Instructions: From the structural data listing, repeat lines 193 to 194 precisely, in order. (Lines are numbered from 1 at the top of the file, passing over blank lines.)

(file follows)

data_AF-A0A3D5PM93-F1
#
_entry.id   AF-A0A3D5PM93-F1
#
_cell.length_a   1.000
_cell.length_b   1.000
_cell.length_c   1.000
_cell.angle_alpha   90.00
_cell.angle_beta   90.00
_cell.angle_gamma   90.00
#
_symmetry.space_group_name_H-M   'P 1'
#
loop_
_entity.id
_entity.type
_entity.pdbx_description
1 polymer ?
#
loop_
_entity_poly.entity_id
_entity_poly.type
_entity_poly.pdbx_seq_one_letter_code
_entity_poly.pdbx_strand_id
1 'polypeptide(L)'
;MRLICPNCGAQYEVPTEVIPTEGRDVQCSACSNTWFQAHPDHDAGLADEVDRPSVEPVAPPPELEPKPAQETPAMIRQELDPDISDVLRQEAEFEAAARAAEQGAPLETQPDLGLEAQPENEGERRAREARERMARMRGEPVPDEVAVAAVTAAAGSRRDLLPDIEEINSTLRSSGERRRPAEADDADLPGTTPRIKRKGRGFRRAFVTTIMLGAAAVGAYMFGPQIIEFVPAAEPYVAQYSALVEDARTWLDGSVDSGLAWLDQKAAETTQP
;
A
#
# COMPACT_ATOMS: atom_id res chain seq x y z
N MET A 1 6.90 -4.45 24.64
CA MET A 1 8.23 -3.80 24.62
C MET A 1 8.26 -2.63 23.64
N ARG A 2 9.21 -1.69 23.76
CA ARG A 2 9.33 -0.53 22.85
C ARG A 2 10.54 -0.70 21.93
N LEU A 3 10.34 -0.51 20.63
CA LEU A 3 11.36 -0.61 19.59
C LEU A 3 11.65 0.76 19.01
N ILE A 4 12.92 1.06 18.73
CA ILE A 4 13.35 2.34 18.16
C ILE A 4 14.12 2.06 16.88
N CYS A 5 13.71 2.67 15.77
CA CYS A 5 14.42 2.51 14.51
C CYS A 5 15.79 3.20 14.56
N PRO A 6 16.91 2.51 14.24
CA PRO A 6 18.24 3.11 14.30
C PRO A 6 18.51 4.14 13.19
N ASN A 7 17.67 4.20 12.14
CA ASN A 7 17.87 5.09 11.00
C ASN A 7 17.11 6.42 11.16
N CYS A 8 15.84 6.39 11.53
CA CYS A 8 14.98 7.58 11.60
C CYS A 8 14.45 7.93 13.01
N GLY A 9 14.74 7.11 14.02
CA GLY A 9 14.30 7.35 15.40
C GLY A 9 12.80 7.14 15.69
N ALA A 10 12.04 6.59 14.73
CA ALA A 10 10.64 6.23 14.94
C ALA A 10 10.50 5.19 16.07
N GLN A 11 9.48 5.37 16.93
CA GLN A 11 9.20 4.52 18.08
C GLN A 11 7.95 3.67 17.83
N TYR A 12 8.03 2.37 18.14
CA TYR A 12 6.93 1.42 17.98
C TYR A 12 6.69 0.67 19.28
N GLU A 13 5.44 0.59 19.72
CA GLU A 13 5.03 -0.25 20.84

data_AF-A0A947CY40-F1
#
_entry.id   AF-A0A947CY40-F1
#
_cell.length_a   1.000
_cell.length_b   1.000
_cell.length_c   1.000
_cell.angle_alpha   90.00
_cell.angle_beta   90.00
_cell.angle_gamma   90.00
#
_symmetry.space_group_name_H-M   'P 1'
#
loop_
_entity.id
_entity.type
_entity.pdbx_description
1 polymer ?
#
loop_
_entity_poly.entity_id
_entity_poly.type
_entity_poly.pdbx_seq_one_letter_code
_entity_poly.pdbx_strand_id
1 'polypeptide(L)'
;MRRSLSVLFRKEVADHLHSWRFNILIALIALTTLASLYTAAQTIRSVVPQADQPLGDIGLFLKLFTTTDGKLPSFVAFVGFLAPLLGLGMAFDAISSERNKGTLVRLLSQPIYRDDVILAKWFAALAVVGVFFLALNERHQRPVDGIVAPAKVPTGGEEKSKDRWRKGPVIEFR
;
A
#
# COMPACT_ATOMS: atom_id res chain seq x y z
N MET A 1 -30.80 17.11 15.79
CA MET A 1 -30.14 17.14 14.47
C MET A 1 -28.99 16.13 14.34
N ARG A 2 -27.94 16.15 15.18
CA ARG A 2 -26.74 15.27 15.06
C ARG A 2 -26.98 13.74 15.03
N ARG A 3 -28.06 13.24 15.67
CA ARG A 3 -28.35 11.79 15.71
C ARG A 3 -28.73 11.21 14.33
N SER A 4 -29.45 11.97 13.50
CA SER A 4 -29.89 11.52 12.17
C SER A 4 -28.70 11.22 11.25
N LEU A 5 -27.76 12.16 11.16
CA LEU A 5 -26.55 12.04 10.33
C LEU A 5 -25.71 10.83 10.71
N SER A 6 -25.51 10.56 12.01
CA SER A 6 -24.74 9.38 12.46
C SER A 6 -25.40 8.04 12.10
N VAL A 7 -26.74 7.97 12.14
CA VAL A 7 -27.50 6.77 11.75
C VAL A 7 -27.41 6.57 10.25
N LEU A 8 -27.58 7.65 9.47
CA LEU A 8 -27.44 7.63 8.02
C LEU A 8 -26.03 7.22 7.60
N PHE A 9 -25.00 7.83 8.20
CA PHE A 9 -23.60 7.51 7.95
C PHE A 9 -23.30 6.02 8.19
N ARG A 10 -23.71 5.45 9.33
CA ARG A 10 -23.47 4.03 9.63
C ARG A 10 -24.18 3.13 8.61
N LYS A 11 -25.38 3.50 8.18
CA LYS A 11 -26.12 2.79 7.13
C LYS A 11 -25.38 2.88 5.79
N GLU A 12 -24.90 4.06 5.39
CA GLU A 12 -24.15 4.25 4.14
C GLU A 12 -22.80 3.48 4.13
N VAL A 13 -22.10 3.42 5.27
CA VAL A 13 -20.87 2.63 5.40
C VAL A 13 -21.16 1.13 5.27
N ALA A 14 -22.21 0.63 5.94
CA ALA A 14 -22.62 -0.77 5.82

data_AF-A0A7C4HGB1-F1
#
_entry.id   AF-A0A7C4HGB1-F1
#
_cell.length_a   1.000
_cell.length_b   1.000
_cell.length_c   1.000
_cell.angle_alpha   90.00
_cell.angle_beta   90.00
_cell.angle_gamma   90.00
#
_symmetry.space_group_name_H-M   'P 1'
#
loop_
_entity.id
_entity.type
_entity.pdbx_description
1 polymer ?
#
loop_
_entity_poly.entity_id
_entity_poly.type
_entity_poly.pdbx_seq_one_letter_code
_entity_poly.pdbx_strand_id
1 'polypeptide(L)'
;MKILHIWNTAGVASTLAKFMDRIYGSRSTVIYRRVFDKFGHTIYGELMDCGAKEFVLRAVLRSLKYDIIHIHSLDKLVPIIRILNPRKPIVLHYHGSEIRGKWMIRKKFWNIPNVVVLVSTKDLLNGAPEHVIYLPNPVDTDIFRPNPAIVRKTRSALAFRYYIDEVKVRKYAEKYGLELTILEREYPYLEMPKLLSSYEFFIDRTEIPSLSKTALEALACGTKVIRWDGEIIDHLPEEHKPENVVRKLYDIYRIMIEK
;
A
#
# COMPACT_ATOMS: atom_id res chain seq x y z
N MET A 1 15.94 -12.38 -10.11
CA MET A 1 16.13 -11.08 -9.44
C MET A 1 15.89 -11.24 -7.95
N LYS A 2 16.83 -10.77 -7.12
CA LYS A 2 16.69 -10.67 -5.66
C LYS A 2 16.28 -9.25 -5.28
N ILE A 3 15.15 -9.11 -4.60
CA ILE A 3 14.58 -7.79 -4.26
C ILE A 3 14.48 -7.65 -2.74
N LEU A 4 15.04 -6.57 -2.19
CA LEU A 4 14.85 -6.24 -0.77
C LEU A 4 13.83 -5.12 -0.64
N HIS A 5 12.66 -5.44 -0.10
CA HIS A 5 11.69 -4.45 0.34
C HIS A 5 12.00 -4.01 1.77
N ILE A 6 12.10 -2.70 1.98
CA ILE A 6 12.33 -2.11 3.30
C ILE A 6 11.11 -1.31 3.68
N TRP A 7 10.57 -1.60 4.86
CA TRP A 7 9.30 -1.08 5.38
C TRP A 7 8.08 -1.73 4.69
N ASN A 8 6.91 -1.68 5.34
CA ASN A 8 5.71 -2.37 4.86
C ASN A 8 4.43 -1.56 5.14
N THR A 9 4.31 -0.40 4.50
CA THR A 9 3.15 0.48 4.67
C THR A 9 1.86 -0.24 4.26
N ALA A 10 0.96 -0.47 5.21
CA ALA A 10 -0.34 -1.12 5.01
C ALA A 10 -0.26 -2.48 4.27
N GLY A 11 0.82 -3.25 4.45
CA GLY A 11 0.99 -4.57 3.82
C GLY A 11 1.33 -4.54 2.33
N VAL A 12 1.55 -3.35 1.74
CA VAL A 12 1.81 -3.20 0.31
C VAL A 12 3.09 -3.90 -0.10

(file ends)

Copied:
C ASN A 8 4.43 -1.56 5.14
N THR A 9 4.31 -0.40 4.50